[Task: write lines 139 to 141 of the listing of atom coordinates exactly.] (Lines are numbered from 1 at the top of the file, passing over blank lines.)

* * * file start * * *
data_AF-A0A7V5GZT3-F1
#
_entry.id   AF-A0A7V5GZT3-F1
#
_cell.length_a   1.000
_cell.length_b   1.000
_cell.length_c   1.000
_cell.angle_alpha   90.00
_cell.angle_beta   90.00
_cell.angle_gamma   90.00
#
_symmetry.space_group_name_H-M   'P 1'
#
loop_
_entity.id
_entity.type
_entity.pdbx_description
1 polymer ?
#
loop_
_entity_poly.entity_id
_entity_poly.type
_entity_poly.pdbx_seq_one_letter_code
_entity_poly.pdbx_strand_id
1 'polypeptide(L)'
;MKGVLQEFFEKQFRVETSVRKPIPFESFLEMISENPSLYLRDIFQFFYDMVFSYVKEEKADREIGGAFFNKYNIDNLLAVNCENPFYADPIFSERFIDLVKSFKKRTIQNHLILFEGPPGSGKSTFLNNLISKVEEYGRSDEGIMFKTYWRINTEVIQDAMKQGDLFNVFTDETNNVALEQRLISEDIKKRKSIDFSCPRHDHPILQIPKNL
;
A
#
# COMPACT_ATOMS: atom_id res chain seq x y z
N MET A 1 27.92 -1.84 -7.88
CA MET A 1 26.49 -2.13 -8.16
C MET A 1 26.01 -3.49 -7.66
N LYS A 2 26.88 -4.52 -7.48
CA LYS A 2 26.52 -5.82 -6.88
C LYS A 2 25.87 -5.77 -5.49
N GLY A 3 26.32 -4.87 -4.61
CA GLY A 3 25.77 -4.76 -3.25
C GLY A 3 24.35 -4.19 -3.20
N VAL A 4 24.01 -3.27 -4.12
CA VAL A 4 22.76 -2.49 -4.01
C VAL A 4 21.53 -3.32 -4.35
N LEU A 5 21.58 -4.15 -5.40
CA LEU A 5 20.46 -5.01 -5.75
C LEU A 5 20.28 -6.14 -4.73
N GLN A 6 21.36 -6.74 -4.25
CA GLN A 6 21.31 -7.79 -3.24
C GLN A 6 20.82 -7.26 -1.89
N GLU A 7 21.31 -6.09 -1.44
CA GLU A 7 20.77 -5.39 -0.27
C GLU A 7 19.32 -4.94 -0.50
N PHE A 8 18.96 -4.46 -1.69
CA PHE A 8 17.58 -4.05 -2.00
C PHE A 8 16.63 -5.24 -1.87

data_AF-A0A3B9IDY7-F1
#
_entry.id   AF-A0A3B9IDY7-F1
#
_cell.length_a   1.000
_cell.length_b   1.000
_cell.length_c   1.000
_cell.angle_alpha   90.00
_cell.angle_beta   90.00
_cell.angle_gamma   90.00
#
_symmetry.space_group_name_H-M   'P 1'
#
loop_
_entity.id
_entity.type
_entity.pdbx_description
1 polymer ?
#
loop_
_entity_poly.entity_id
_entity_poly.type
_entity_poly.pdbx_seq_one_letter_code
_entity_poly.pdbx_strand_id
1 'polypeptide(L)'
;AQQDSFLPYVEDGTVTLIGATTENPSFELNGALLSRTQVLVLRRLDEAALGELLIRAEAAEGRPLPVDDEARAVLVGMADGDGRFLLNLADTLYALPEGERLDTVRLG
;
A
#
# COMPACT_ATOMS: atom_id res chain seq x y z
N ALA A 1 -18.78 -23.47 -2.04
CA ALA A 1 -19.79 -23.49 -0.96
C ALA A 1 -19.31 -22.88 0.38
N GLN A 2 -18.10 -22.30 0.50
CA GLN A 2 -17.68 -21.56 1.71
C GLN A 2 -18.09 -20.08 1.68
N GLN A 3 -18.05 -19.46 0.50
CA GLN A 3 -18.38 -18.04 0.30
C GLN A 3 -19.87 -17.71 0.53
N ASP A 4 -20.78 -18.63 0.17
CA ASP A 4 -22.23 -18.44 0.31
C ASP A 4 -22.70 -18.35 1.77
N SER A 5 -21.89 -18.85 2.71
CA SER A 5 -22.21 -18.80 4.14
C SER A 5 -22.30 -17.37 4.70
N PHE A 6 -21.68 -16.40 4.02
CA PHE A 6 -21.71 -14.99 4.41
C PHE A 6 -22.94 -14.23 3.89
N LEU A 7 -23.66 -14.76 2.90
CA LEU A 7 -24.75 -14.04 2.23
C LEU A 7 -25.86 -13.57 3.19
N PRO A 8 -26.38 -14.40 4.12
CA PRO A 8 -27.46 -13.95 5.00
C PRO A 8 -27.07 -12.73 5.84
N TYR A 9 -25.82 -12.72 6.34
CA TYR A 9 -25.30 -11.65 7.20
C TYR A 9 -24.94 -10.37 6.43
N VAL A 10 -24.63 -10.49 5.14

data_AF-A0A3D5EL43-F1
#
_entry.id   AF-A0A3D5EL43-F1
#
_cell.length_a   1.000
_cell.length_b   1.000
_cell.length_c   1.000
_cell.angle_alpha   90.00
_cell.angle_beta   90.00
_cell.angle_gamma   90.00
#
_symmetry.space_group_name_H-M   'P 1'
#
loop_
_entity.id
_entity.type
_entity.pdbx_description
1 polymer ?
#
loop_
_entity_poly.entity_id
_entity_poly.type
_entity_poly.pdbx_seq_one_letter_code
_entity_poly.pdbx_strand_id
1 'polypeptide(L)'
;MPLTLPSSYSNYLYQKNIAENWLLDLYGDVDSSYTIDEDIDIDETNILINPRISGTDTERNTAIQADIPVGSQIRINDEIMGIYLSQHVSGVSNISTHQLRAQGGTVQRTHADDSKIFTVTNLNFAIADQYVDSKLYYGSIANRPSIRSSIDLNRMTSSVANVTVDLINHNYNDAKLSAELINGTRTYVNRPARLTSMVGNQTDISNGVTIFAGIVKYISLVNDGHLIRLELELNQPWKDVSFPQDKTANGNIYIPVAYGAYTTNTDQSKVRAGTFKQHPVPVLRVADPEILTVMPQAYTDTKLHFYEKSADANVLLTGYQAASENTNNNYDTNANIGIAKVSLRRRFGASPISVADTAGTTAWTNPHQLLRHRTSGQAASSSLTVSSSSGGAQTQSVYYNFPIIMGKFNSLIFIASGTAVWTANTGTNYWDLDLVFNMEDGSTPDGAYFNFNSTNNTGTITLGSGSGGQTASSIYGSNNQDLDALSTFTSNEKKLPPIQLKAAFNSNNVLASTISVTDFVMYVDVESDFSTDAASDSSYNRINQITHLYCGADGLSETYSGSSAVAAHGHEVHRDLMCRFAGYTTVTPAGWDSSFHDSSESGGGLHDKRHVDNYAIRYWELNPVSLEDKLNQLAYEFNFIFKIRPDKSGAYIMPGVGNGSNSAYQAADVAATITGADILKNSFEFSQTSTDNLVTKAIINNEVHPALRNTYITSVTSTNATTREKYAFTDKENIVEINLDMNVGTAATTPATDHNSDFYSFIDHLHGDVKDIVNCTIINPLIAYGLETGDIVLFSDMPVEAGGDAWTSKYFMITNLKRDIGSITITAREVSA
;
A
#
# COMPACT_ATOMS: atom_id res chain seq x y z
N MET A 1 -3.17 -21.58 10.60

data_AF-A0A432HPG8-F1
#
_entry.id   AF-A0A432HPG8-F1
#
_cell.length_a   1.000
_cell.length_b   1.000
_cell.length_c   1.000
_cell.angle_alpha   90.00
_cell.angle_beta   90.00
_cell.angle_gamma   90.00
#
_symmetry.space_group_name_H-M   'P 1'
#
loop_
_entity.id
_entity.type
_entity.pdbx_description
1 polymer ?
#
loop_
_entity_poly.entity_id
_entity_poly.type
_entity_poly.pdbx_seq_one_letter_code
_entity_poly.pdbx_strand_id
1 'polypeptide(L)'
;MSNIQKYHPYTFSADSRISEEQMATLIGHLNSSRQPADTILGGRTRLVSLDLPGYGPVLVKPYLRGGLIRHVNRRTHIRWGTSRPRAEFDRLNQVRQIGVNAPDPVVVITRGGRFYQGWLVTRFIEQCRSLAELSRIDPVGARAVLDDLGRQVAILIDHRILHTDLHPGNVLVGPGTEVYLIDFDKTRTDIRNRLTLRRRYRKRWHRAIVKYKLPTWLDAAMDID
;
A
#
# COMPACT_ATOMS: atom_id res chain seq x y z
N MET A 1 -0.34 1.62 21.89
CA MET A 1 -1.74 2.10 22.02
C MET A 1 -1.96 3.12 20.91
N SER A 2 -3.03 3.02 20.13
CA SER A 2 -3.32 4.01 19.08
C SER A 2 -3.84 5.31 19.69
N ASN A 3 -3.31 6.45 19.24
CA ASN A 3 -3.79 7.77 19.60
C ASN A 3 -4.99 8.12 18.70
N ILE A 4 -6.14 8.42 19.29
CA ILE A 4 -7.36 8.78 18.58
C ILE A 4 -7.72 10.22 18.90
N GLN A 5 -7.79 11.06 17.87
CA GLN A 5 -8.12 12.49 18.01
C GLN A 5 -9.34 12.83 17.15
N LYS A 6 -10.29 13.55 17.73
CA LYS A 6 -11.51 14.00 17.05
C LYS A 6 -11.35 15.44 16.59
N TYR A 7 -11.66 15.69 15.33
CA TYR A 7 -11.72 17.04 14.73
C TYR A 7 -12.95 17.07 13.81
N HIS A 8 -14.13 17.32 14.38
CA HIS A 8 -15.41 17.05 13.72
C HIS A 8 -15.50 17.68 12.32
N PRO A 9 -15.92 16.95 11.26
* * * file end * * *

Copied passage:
;
A
#